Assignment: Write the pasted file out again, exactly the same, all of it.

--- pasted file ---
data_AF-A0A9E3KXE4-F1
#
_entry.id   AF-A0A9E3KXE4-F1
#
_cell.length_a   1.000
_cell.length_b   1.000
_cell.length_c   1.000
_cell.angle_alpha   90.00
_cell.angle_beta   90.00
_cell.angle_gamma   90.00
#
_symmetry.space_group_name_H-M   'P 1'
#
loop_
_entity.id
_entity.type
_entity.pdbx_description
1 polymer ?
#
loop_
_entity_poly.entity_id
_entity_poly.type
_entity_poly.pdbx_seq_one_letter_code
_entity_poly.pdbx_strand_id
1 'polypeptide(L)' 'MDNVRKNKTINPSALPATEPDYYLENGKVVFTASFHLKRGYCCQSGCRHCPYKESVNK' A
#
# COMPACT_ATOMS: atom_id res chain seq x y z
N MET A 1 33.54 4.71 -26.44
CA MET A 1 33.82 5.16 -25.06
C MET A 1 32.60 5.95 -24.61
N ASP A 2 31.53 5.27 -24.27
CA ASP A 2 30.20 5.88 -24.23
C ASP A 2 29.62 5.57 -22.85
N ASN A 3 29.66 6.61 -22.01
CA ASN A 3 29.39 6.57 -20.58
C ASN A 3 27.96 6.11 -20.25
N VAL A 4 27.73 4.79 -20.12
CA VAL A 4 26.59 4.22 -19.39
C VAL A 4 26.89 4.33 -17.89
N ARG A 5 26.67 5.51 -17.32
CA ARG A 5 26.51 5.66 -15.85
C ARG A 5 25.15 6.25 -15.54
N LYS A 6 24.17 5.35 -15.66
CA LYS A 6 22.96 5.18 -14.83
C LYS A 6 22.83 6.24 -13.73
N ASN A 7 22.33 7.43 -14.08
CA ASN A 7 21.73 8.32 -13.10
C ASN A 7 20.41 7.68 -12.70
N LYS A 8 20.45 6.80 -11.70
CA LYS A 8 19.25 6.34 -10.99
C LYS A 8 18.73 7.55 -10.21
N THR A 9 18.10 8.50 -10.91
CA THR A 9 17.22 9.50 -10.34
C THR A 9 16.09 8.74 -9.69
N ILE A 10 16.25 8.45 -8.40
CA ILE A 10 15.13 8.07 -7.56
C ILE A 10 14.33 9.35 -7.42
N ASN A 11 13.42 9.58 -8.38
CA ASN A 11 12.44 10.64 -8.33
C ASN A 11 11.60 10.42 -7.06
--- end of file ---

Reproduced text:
data_AF-A0A9E3KXE4-F1
#
_entry.id   AF-A0A9E3KXE4-F1
#
_cell.length_a   1.000
_cell.length_b   1.000
_cell.length_c   1.000
_cell.angle_alpha   90.00
_cell.angle_beta   90.00
_cell.angle_gamma   90.00
#
_symmetry.space_group_name_H-M   'P 1'
#
loop_
_entity.id
_entity.type
_entity.pdbx_description
1 polymer ?
#
loop_
_entity_poly.entity_id
_entity_poly.type
_entity_poly.pdbx_seq_one_letter_code
_entity_poly.pdbx_strand_id
1 'polypeptide(L)' 'MDNVRKNKTINPSALPATEPDYYLENGKVVFTASFHLKRGYCCQSGCRHCPYKESVNK' A
#
# COMPACT_ATOMS: atom_id res chain seq x y z
N MET A 1 33.54 4.71 -26.44
CA MET A 1 33.82 5.16 -25.06
C MET A 1 32.60 5.95 -24.61
N ASP A 2 31.53 5.27 -24.27
CA ASP A 2 30.20 5.88 -24.23
C ASP A 2 29.62 5.57 -22.85
N ASN A 3 29.66 6.61 -22.01
CA ASN A 3 29.39 6.57 -20.58
C ASN A 3 27.96 6.11 -20.25
N VAL A 4 27.73 4.79 -20.12
CA VAL A 4 26.59 4.22 -19.39
C VAL A 4 26.89 4.33 -17.89
N ARG A 5 26.67 5.51 -17.32
CA ARG A 5 26.51 5.66 -15.85
C ARG A 5 25.15 6.25 -15.54
N LYS A 6 24.17 5.35 -15.66
CA LYS A 6 22.96 5.18 -14.83
C LYS A 6 22.83 6.24 -13.73
N ASN A 7 22.33 7.43 -14.08
CA ASN A 7 21.73 8.32 -13.10
C ASN A 7 20.41 7.68 -12.70
N LYS A 8 20.45 6.80 -11.70
CA LYS A 8 19.25 6.34 -10.99
C LYS A 8 18.73 7.55 -10.21
N THR A 9 18.10 8.50 -10.91
CA THR A 9 17.22 9.50 -10.34
C THR A 9 16.09 8.74 -9.69
N ILE A 10 16.25 8.45 -8.40
CA ILE A 10 15.13 8.07 -7.56
C ILE A 10 14.33 9.35 -7.42
N ASN A 11 13.42 9.58 -8.38
CA ASN A 11 12.44 10.64 -8.33
C ASN A 11 11.60 10.42 -7.06